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acl_heraldWilmington Railroad Museum

For more than 125 years, railroading was Wilmington's chief industry. In 1840 the Wilmington & Weldon Railroad was completed and was the longest continuous rail line in the world at 161 miles long. Near the turn of the 20th century several railroads up and down the eastern seaboard, including the Wilmington & Weldon, merged to become the Atlantic Coast Line Railroad. The ACL company headquarters was located here in Wilmington. During its heyday the railroad contributed heavily to the area's commercial and industrial growth and provided jobs and revenue for the local economy. In 1960 the ACL moved its headquarters from Wilmington to Jacksonville, FL. It was the largest single move of employees ever staged by a southeastern industry. The railroad moved over 1,000 employees, their families, their belongings, and the company files and office equipment more than 450 miles by rail. Started in 1979 by three women and a table of ACL Railroad artifacts, the Wilmington Railroad Museum was dedicated to preserving the rich history of the Atlantic Coast Line Railroad and the history of railroading in the southeastern United States.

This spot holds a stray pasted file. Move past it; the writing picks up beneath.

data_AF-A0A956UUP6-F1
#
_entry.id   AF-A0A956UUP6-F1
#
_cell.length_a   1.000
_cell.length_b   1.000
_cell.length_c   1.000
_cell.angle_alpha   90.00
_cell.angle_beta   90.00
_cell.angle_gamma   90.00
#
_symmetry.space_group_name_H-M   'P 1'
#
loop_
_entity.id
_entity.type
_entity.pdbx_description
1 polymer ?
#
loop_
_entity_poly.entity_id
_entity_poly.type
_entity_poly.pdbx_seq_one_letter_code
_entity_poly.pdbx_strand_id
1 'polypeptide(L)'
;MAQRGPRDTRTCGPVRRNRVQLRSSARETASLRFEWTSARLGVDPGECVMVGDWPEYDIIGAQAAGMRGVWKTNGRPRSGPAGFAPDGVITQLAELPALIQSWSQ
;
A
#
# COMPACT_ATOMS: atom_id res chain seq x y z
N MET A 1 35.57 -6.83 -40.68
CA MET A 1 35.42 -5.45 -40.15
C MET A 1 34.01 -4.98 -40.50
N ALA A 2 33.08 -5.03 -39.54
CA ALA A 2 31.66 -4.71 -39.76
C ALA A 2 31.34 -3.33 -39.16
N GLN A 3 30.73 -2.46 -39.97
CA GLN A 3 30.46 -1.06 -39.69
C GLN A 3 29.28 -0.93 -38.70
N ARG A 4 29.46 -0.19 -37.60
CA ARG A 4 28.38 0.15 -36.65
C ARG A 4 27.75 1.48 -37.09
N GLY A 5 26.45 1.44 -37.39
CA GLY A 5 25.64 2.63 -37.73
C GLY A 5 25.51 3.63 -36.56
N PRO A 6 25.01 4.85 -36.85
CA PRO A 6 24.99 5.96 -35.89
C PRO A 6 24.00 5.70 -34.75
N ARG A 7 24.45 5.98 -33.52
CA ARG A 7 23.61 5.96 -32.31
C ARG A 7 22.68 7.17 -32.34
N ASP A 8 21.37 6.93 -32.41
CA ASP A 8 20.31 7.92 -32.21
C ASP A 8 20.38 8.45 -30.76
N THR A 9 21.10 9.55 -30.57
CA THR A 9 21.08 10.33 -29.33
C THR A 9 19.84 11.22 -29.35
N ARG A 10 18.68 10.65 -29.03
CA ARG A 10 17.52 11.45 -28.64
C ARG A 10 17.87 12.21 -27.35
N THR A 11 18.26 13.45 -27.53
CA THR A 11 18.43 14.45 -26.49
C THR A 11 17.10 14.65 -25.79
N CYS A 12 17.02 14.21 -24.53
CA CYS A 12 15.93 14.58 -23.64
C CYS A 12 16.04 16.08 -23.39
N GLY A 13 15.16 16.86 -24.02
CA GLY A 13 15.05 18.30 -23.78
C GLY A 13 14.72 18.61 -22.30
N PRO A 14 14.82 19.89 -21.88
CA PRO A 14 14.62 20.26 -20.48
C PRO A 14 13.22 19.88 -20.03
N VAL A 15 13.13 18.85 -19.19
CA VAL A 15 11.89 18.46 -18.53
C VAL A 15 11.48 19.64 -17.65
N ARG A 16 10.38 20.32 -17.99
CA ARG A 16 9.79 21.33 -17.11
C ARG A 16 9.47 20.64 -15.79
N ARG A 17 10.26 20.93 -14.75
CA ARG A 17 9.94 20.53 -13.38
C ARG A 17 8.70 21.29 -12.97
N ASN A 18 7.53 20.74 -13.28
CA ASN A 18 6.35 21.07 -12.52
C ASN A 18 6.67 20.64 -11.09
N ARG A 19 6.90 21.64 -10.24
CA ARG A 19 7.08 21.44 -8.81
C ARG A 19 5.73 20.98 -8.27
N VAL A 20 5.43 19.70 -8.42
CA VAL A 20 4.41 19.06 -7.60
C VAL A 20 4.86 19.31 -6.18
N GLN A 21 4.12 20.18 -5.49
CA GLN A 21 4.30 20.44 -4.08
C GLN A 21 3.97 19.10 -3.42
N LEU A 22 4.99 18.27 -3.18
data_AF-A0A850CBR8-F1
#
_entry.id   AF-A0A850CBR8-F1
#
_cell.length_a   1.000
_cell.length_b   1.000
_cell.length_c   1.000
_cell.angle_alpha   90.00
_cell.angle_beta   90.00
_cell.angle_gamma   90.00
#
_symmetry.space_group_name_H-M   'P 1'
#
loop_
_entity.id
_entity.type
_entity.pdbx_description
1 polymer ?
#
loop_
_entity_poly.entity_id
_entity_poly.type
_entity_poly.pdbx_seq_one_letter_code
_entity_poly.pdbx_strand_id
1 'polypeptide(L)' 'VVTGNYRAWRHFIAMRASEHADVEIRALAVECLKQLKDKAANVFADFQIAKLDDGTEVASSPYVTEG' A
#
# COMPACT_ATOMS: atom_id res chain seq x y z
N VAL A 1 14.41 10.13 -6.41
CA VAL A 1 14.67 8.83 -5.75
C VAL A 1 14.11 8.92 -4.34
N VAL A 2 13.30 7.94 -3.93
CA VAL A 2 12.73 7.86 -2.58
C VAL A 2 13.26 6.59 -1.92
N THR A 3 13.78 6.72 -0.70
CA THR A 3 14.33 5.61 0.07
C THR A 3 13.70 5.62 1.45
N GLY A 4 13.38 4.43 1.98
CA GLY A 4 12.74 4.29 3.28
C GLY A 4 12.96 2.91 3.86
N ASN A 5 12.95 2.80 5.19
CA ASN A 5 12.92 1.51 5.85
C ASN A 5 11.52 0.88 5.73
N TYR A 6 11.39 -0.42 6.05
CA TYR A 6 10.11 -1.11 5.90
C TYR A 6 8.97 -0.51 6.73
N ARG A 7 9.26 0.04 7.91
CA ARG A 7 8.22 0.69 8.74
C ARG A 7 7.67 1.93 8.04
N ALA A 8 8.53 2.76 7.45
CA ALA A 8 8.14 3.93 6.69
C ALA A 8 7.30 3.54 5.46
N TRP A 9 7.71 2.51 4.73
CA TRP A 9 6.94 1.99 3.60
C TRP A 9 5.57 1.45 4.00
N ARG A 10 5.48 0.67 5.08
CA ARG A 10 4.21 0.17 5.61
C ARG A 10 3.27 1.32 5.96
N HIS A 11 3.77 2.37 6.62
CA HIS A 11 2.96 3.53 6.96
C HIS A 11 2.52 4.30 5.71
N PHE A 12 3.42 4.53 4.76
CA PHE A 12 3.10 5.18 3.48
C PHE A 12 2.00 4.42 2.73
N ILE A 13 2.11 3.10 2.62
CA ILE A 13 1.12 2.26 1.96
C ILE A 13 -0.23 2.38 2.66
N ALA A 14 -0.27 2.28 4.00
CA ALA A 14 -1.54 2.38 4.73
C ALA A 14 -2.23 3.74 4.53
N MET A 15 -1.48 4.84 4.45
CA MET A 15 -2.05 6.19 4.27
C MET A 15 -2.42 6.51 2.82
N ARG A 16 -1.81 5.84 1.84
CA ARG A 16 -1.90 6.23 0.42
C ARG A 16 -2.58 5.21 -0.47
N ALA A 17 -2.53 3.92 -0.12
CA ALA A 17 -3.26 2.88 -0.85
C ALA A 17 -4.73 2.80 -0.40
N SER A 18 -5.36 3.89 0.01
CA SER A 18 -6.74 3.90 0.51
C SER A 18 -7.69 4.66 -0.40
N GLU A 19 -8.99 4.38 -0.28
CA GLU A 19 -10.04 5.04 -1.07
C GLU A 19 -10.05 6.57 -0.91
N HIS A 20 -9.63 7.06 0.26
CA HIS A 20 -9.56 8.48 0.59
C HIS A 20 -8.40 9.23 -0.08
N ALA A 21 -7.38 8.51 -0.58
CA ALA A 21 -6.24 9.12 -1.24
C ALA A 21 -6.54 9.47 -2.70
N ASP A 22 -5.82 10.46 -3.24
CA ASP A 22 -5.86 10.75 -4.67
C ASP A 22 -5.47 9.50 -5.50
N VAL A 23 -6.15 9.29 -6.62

Wilmington Railroad Museum


The Wilmington Railroad Museum was started in 1979 and today is located downtown in its namesake city in North Carolina, housed in an 1883 Atlantic Coast Line warehouse structure. The museum features artifacts and displays related to the coastal railroad history of the region, with emphasis on the Atlantic Coast Line. Three pieces of rolling stock -- a Baldwin steamer, a boxcar, and a caboose -- are on display outside the building.

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This page was updated on 2016-11-26